Union laid-out their diabolical plans to each-other in a Paris café
British prime minister Winston Churchill, who in 1964 was awarded the Theodore Herzl Award for outstanding services to Zionism, wrote to his Israeli counterpart David Ben Gurion in November 1952 regarding the president of the State of Israel:
"I am deeply grieved to hear of the death of my old friend, Dr Chaim Weizmann. The world has lost a distinguished citizen and Israel a faithful son."
In 1921 Winston Churchill described Bolshevik leader Lenin as:"the arch-miscreant and villian, who has destroyed Russia for the sake of his theories,"
It transpires that Churchill's old friend Weizmann, and the "villain" Lenin were acquainted with one-another, having meet and talked at length in a Paris café during 1910—following which Lenin sent Weizmann a signed copy of his book Materialism Empirio-Criticism. It's possible that Weizmann had listened to Lenin speak in Geneva during 1904, as both had lived in the city during 1903 and 1904, and the Russian students and Russian intellectuals frequented the same cafés.
In 1967 an article entitled Lenin u-Weizmann or Lenin and Weizmann written by Boris Guriel, the director of the Chaim Weizmann Archives in Tel Aviv, appeared in the Israeli newspaper Haaretz, which revealed details of Lenin and Weizmann's 1910 meeting for the first time. I've not been able to find the article on Haaretz's archives (I'm not even sure if the paper even had an English edition back then) , but the article is cited in several books, and below is an extract from one that reproduces many of the details from the Haartez article:According to a memoir by one of Weizmann's confidants during his declining years, it was in Paris, in early April 1910, that Weizmann met Vladimir Ilyich Lenin.47 Weizmann may have heard Lenin speak at public meetings in Geneva in 1904. Now he was formally introduced, possibly by Nikolai Semeshko.* Lenin was in exile for the second time, after the collapse of the 1905 Revolution. He had plenty of time to study and turned to the natural sciences, among other subjects. Lenin knew of the work at the Pasteur Institute. He had also heard of the discoveries of Ernest Rutherford and was interested in meeting a Mancunian who was said to be a friend of Rutherford. According to the sole evidence in our possession, the two met in Lenin's favorite Parisian café on the boulevard d'Orleans. Their discussion ran the gamut from tsarist Russia to physics and chemistry. For the most part, it seems that Weizmann explained scientific terminology to Lenin while the latter held forth on Machists, Russian Empirio-Monists, Empirio-Symbolists, and other backward groups and theories. He also did not refrain from making disparaging remarks about the Zionists, especially the Zionist-socialists of Ber Borochov's school. Lenin did not spare the Bund either. Nevertheless they seem to have parted on friendly terms, because a few days later Lenin sent Weizmann his recently published book Materialism and Etnpirio-Criticism, which included the following handwritten dedication: "Compliments of the Author."51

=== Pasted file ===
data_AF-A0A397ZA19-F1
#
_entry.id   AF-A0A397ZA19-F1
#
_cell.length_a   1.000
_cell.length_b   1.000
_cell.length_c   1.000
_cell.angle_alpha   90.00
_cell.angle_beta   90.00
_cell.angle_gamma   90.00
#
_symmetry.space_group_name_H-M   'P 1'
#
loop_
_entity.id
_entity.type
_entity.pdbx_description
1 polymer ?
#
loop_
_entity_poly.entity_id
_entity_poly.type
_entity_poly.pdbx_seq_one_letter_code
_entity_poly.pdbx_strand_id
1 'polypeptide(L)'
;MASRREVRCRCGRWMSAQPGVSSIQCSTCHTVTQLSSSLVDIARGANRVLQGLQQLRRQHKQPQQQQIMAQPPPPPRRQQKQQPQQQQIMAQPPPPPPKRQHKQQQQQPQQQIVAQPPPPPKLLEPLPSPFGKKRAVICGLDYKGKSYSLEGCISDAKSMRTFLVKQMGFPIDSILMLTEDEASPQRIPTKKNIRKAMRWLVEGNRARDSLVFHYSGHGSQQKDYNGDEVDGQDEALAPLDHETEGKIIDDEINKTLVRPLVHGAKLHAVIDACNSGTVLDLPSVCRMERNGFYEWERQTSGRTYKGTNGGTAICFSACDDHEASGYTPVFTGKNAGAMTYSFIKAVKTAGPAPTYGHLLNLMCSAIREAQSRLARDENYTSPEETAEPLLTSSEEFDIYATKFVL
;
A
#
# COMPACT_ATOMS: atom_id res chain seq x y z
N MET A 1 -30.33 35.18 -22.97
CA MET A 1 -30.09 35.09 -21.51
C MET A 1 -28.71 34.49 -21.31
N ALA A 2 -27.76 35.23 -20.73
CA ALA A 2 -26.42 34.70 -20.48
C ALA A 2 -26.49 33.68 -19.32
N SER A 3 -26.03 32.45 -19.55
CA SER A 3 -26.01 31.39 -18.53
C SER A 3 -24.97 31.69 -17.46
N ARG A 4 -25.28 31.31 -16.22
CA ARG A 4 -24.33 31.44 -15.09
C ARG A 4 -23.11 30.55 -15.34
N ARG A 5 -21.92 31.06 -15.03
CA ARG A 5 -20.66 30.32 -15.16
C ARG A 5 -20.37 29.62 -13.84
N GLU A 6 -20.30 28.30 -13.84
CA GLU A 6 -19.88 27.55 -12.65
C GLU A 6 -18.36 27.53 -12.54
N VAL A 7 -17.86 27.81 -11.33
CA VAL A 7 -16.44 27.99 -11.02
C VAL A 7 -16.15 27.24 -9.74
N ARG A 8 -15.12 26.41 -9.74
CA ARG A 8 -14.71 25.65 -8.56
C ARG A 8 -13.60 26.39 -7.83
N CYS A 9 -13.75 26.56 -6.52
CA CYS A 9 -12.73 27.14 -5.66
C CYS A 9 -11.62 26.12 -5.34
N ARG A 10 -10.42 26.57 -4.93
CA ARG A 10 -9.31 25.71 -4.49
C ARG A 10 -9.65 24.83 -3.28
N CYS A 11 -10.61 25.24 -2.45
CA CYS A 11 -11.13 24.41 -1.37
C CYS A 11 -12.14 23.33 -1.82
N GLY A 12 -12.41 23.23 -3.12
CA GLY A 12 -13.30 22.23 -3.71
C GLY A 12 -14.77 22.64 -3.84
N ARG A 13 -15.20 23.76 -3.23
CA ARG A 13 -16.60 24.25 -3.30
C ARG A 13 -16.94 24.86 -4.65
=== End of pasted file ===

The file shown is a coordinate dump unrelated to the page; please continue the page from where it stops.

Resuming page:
47. This entire account is based on an article by Boris Guriel, "Lenin u-Weizmann," Haaretz, November 3, 1967, p.3. There is no other evidence for this meeting, but the article is filled with sufficient detail to make it plausible. If indeed the meeting took place, it must have been between the end of March and mid-April 1910, when Weizmann came over to work at the Pasteur Institute. The two most detailed Western biographies of Lenin do not mention Weizmann. See Louis Fischer, The Life of Lenin (New York, 1964), and Adam B. Ulam, Lenin and the Bolsheviks (London, 1965).
51. The book was originally published under Lenin's 1909—1910 pseudonym of V. I. Illian. According to Guriel, Weizmann donated the book to the Soviet legation in Tel Aviv in 1948.